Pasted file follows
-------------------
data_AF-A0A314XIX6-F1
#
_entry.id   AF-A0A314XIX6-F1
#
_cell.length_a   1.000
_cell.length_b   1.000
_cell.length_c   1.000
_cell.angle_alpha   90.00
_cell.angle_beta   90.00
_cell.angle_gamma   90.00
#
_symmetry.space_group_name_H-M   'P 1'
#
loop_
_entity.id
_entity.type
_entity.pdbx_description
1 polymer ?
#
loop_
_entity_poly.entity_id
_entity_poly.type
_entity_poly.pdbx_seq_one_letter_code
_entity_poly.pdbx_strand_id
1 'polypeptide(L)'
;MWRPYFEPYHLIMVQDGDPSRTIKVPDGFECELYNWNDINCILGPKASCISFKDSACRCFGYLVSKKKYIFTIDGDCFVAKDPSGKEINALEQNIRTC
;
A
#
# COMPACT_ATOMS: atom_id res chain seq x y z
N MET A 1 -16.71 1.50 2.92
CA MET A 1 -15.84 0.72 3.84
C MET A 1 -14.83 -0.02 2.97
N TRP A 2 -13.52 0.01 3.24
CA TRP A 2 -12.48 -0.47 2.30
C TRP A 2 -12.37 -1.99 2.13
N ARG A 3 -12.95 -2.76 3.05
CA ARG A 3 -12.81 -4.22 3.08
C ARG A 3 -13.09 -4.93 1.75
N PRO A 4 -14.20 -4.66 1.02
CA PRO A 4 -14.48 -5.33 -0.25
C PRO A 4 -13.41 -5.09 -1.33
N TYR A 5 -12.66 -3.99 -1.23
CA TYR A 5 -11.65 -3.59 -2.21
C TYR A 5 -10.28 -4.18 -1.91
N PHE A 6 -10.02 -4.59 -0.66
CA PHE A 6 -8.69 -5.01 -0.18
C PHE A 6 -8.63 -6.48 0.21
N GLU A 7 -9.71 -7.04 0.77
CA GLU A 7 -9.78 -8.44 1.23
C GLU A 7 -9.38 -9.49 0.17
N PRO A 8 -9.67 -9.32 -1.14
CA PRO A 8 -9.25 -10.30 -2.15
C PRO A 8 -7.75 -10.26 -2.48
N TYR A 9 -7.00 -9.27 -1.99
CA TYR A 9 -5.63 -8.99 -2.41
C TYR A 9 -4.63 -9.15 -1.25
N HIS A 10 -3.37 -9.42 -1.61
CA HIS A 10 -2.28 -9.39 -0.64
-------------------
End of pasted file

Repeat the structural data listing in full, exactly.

data_AF-A0A314XIX6-F1
#
_entry.id   AF-A0A314XIX6-F1
#
_cell.length_a   1.000
_cell.length_b   1.000
_cell.length_c   1.000
_cell.angle_alpha   90.00
_cell.angle_beta   90.00
_cell.angle_gamma   90.00
#
_symmetry.space_group_name_H-M   'P 1'
#
loop_
_entity.id
_entity.type
_entity.pdbx_description
1 polymer ?
#
loop_
_entity_poly.entity_id
_entity_poly.type
_entity_poly.pdbx_seq_one_letter_code
_entity_poly.pdbx_strand_id
1 'polypeptide(L)'
;MWRPYFEPYHLIMVQDGDPSRTIKVPDGFECELYNWNDINCILGPKASCISFKDSACRCFGYLVSKKKYIFTIDGDCFVAKDPSGKEINALEQNIRTC
;
A
#
# COMPACT_ATOMS: atom_id res chain seq x y z
N MET A 1 -16.71 1.50 2.92
CA MET A 1 -15.84 0.72 3.84
C MET A 1 -14.83 -0.02 2.97
N TRP A 2 -13.52 0.01 3.24
CA TRP A 2 -12.48 -0.47 2.30
C TRP A 2 -12.37 -1.99 2.13
N ARG A 3 -12.95 -2.76 3.05
CA ARG A 3 -12.81 -4.22 3.08
C ARG A 3 -13.09 -4.93 1.75
N PRO A 4 -14.20 -4.66 1.02
CA PRO A 4 -14.48 -5.33 -0.25
C PRO A 4 -13.41 -5.09 -1.33
N TYR A 5 -12.66 -3.99 -1.23
CA TYR A 5 -11.65 -3.59 -2.21
C TYR A 5 -10.28 -4.18 -1.91
N PHE A 6 -10.02 -4.59 -0.66
CA PHE A 6 -8.69 -5.01 -0.18
C PHE A 6 -8.63 -6.48 0.21
N GLU A 7 -9.71 -7.04 0.77
CA GLU A 7 -9.78 -8.44 1.23
C GLU A 7 -9.38 -9.49 0.17
N PRO A 8 -9.67 -9.32 -1.14
CA PRO A 8 -9.25 -10.30 -2.15
C PRO A 8 -7.75 -10.26 -2.48
N TYR A 9 -7.00 -9.27 -1.99
CA TYR A 9 -5.63 -8.99 -2.41
C TYR A 9 -4.63 -9.15 -1.25
N HIS A 10 -3.37 -9.42 -1.61
CA HIS A 10 -2.28 -9.39 -0.64